|sm-LSTM (Huang et al., 2016)||53.2||83.1||91.5||1.0|
|VSE++ (ResNet, FT) (Faghri et al., 2017)||64.6||90.0||95.7||1.0|
|GXN (i2t+t2i) (Gu et al., 2017)||68.5||-||97.9||1.0|
|Engilberge et al. (2018)||69.8||91.9||96.6||1.0|
|Bag of words, ResNeXt-IG-3.5B||None||51.6||85.3||93.4||1.4|
|Bag of words, ResNeXt-IG-3.5B||Word||54.7||87.1||94.5||1.0|
|Order Embeddings (Vendrov et al., 2015)||23.3||-||65.0||5.0|
|VSE++ (ResNet, FT) (Faghri et al., 2017)||41.3||71.1||81.2||2.0|
|GXN (i2t+t2i) (Gu et al., 2017)||42.0||-||84.7||2.0|
|Bag of words, ResNeXt-IG-3.5B||None||26.6||58.6||73.0||4.0|
|Bag of words, ResNeXt-IG-3.5B||Word||29.7||62.9||75.7||3.0|
|Model||Text Encoder||Caption retrieval|
|UVS (Kiros et al., 2014)||23.0||50.7||62.9||5.0|
|Embedding Net (Wang et al., 2018)||40.7||69.7||79.2||-|
|DAN (Nam et al., 2016)||41.4||73.5||82.5||2.0|
|sm-LSTM (Huang et al., 2016)||42.5||71.9||81.5||2.0|
|2WayNet (Eisenschtat & Wolf, 2016)||49.8||67.5||-||-|
|VSE++ (ResNet, FT) (Faghri et al., 2017)||52.9||80.5||87.2||1.0|
|DAN (ResNet) (Nam et al., 2016)||55.0||81.8||89.0||1.0|
|GXN (i2t+t2i) (Gu et al., 2017)||56.8||-||89.6||1.0|
|Bag of words, ResNeXt-IG-3.5B||None||50.0||81.1||90.0||1.5|
|Bag of words, ResNeXt-IG-3.5B||Word||58.6||87.2||92.9||1.0|
|with word embedding pretraining:|
|Encoder Type||Pretraining||Image Encoder||Personality Encoder||R@1|
|Bag of Words||Word||ResNeXt-IG-3.5B||Yes||45.7|
|Bag of Words||None||ResNeXt-IG-3.5B||Yes||38.6|
|Bag of Words||Word||Resnet152||Yes||28.5|
|Bag of Words||None||Resnet152||Yes||24.2|
Appendix B Engaging Captions, with no personality conditioning
Instead of asking to author a caption based on a personality trait, we can ask humans to simply write an “engaging” caption instead, providing them with no personality cue. We found that human annotators overall preferred captions written by those unconditioned on a personality by a slight margin (). To further understand this difference, we split the images into three subsets based on the personality on which the Personality-Captions annotator conditioned their caption, i.e. whether the personality was positive, negative, or neutral. We then examined the engagingness rates of images for each of these subsets. In the set where Personality-Captions annotators were provided with positive personalities, which totaled 185 out of the 500 images, we found that human annotators preferred the captions conditioned on the personality to those that were not. However, in the other two sets, we found that the unconditioned captions were preferred to the negative or neutral ones. For these two subsets, we believe that, without the context of any personality, annotators may have preferred the inherently more positive caption provided by someone who was asked to be engaging but was not conditioned on a personality.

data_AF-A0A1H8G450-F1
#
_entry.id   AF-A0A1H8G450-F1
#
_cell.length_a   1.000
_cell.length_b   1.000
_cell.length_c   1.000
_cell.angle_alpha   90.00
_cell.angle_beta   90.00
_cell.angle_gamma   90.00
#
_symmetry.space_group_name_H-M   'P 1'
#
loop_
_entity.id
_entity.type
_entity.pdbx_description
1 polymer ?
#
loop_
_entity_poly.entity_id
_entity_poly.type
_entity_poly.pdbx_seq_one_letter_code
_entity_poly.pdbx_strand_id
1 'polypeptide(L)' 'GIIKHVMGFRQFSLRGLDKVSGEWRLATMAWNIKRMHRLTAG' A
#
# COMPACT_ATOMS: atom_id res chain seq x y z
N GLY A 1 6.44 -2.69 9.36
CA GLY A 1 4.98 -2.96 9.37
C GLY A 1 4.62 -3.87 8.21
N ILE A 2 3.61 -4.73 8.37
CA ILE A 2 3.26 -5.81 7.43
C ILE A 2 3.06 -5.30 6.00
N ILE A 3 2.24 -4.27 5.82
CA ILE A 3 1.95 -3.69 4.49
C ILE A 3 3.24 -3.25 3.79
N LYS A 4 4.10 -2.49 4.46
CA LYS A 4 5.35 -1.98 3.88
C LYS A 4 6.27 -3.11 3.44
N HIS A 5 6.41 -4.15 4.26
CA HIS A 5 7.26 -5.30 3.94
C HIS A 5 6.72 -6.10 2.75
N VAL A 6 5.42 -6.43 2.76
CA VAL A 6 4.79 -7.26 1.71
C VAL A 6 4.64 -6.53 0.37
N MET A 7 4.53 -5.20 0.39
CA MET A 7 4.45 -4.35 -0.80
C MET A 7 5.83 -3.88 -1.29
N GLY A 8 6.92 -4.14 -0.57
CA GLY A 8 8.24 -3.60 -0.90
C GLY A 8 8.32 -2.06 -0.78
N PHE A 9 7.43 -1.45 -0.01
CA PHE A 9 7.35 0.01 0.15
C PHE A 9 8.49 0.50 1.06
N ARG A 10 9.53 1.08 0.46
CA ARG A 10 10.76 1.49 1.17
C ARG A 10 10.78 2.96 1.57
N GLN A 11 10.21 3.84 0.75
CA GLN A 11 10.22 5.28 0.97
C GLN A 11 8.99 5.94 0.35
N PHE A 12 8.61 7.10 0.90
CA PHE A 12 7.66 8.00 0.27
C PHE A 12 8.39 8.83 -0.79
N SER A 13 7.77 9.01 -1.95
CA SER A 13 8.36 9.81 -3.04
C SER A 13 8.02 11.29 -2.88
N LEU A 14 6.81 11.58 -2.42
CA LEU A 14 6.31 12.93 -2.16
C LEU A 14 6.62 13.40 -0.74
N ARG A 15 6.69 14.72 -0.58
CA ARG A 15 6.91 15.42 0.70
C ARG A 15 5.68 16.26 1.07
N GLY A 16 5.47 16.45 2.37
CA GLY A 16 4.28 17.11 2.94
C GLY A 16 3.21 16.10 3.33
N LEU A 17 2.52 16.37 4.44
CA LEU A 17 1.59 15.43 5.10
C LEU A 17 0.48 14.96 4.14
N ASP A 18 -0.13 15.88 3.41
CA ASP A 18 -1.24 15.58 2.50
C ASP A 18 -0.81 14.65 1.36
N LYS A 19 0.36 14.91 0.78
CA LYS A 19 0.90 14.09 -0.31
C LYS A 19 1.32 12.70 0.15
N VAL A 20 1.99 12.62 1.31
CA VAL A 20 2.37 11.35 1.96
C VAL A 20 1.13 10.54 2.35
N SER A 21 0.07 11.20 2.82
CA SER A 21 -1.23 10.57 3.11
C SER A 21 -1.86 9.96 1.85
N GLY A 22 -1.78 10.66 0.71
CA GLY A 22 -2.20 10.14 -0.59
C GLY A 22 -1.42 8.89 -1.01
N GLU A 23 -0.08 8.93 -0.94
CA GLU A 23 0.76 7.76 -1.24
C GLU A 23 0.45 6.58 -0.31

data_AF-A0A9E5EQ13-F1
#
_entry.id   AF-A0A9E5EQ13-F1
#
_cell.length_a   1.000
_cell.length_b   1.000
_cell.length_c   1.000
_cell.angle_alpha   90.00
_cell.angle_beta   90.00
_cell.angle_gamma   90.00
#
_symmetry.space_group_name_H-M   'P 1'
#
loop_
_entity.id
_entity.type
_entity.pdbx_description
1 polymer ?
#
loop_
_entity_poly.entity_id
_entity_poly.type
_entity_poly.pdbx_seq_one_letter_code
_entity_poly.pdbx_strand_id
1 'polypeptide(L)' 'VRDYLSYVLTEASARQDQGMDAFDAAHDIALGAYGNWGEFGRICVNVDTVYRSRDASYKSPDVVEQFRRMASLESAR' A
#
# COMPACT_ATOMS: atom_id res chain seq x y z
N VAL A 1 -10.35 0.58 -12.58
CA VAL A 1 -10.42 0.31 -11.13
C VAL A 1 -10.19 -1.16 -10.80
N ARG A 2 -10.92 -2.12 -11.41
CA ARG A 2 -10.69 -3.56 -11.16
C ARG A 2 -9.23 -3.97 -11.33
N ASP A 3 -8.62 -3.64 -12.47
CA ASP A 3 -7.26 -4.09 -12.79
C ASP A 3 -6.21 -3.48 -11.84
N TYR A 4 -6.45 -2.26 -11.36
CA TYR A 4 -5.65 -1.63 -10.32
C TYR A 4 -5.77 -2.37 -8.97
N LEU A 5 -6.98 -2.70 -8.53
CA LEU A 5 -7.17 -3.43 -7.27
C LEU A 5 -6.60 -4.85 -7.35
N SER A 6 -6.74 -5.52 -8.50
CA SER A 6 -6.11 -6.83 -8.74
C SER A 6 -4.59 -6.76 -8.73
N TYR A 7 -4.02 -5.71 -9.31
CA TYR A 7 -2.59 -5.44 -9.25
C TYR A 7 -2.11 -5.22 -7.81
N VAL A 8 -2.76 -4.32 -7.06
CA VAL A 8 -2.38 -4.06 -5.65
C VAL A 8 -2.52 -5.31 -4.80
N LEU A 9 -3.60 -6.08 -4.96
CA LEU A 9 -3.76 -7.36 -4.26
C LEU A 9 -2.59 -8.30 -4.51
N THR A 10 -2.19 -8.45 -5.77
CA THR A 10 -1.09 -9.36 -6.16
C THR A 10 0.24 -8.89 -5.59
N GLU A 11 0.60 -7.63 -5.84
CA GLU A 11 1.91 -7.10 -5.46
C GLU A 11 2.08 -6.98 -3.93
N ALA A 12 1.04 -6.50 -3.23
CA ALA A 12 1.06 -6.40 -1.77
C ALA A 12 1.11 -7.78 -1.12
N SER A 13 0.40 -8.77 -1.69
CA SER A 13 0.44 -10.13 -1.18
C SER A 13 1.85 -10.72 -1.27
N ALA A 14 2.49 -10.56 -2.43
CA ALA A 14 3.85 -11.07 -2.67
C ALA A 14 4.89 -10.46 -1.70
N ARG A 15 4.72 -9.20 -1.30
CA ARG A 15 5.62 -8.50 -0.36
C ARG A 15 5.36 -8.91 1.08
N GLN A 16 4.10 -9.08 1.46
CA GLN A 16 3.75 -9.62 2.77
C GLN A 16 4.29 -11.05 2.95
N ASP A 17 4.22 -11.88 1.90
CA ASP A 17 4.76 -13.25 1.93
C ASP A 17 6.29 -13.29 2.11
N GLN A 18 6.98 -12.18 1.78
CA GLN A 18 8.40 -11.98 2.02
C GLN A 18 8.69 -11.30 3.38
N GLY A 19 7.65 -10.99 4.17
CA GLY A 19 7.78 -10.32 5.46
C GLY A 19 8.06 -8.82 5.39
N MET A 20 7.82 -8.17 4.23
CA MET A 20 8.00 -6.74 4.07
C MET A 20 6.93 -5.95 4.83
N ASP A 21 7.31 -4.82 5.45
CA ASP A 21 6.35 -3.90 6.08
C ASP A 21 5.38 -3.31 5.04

|Type of caption A||Win Percentage||Type of caption B|
|Human (all) personality captions||45.5||54.5||Human engaging captions|
|Human (positive) personality captions||51.2||48.8||Human engaging captions|
Diversity of captions
We found that the captions written via our method were not only more engaging for positive personality traits, but also resulted in more diversity in terms of personality traits. To measure this diversity, we constructed a model that predicted the personality of a given comment. The classifier consists in the same Transformer as described in 4.3, pre-trained on the same large dialog corpus, followed by a softmax over 215 units. We then compare the total number of personality types as predicted by the classifier among each type of human-labeled data: “engaging” captions conditioned on personalities, “engaging” captions not conditioned on personalities, and traditional image captions. That is, we look at each caption given by the human annotators, assign it a personality via the classifier, and then look at the total set of personalities we have at the end for each set of human-labeled data. For example, out of the 500 human-generated traditional captions, the classifier found of all possible positive personalities in this set of captions. As indicated in Table 12, the human annotators who were assigned a personality produce more diverse captions, particularly negatively and neutrally conditioned ones, as compared to human annotators who are just told to be “engaging” or those who are told to write an image caption.
|Annotation Task||Personality Trait Coverage|
|Engaging, No Conditioning||81.5%||91.7%||71.4%|
Appendix C Comparing Generative and Retrieval Models on COCO
The ultimate test of our generative and retrieval models on Personality-Captions is performed using human evaluations. Comparing them using automatic metrics is typically difficult because retrieval methods perform well with ranking metrics they are optimized for and generative models perform well with word overlap metrics they are optimized for, but neither of these necessarily correlate with human judgements, see e.g. Zhang et al. (2018).
Nevertheless, here we compare our generative and retrieval models directly with automatic metrics on COCO. We computed the BLEU, CIDEr, SPICE, and ROUGE-L scores for our best TransResNet model. The comparison is given in Table 13.
Appendix D Human Annotation Setup
Instructions for the annotation task collecting the data for Personality-Captions.
Appendix E Samples from Personality-Captions
|Yes please sit by me||Look at that smooth easy catch of the ball. like ballet.||I wish I could just run down this shore!|
|Love what you did with the place!||I can’t believe no one has been taking care of this plant. Terrible||About to play the best tune you’ve ever heard in your life. Get ready!|
|they left me a parking spot||That is one motor cycle enthusiast!!!||Falck alarm, everyone. Just a Falck alarm.|
|I drove down this road backwards at 90 miles per hour three times||I hope this car doesn’t get into a wreck.||Why do people think its cool to smoke cigarettes?|